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Stand Up Paddle Boarding

When it comes to paddling sports – kayaking, outrigger canoeing and SUP – Hawai‘i reigns supreme.

Presented by November 20, 2015

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Stand Up Paddle Boarding

In just a decade, stand up paddle boarding (also called SUP) has shot to popularity. According to the Outdoor Industry Association, SUP had the most first-time participants of any outdoor sporting activity in the country. Why are so many people willing to give SUP a try? Two reasons: It’s simple to learn, and, you can go in stages. Kneel on the board until you feel comfortable standing up, for example, and stand up and paddle around on flat, calm water until you feel comfortable flirting with some waves. World-class-level SUP athletes ride giant, 40-foot waves, so the sport really can scale up or down depending on skill.

Stand up paddle boarding was seen in Waikīkī as far back as the 1940s, when the beach boys there would use paddles while surfing, to help them teach their clients and take photos of their vacationing charges. But the concept didn’t really catch on until the early 2000s, when big-wave surfers like Laird Hamilton and Brian Keaulana began using it as an off-season training exercise to build up core strength. By 2003, a SUP category was added to a popular surfing competition held at O‘ahu’s Makaha Beach, and images from that contest quickly spread, bringing word of the new sport to a global audience.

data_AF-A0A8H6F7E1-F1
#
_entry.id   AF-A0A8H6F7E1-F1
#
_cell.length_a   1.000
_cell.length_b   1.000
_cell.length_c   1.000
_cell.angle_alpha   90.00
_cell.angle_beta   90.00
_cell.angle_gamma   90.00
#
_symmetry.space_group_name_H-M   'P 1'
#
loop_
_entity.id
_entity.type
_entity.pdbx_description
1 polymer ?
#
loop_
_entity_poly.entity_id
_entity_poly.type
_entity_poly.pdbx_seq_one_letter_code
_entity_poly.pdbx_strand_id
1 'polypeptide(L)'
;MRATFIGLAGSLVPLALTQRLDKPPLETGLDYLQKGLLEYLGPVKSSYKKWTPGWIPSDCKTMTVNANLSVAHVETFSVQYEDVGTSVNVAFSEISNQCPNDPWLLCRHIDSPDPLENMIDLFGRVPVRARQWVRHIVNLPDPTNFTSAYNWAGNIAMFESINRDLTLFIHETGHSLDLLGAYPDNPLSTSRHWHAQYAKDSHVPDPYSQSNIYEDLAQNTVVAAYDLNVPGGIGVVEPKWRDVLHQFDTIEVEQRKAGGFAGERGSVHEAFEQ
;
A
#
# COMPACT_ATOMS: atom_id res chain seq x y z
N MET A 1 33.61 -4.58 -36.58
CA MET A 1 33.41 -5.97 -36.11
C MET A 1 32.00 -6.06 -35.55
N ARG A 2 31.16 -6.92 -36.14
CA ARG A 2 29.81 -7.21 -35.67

Hawai‘i has all the right ingredients for you to try SUP for the first time, or, to hone your skills: warm water, picturesque places to paddle, experienced instructors, and a variety of water conditions, from flat rivers to wave action. Good spots to SUP include O‘ahu’s North Shore; Kapalua Bay and Makena on Maui; Hilo Bay on Hawai‘i Island; and Hanalei Bay on Kaua‘i.

Sidebar: Paddling To Watch Whales

December through April is whale season, when an estimated 10,000 North Pacific humpback whales visit the warm waters of Hawai‘i to mate and have their offspring. Imagine yourself seeing these gentle giants at sea level, being right along with them in their natural habitat. Paddle sports are an ideal way to watch whales as they surface, slap their tails, and if you’re really lucky, do an acrobatic breach out of the water. (For your protection and that of the whales, stay at least 100 yards from a whale once you spot one.) Adults surface every 10 to 15 minutes for air, and calves come up every 3 to 5 minutes. The whale season peaks from January to March, and the whales tend to congregate around Maui.

Sidebar: Paddling Is Great Exercise

Go ahead, have that mai tai and fried musubi, because…

  • SUP torches about 615 calories an hour
  • Outrigger canoe paddling burns through 400 calories an hour
  • Kayaking burns 342 calories per hour.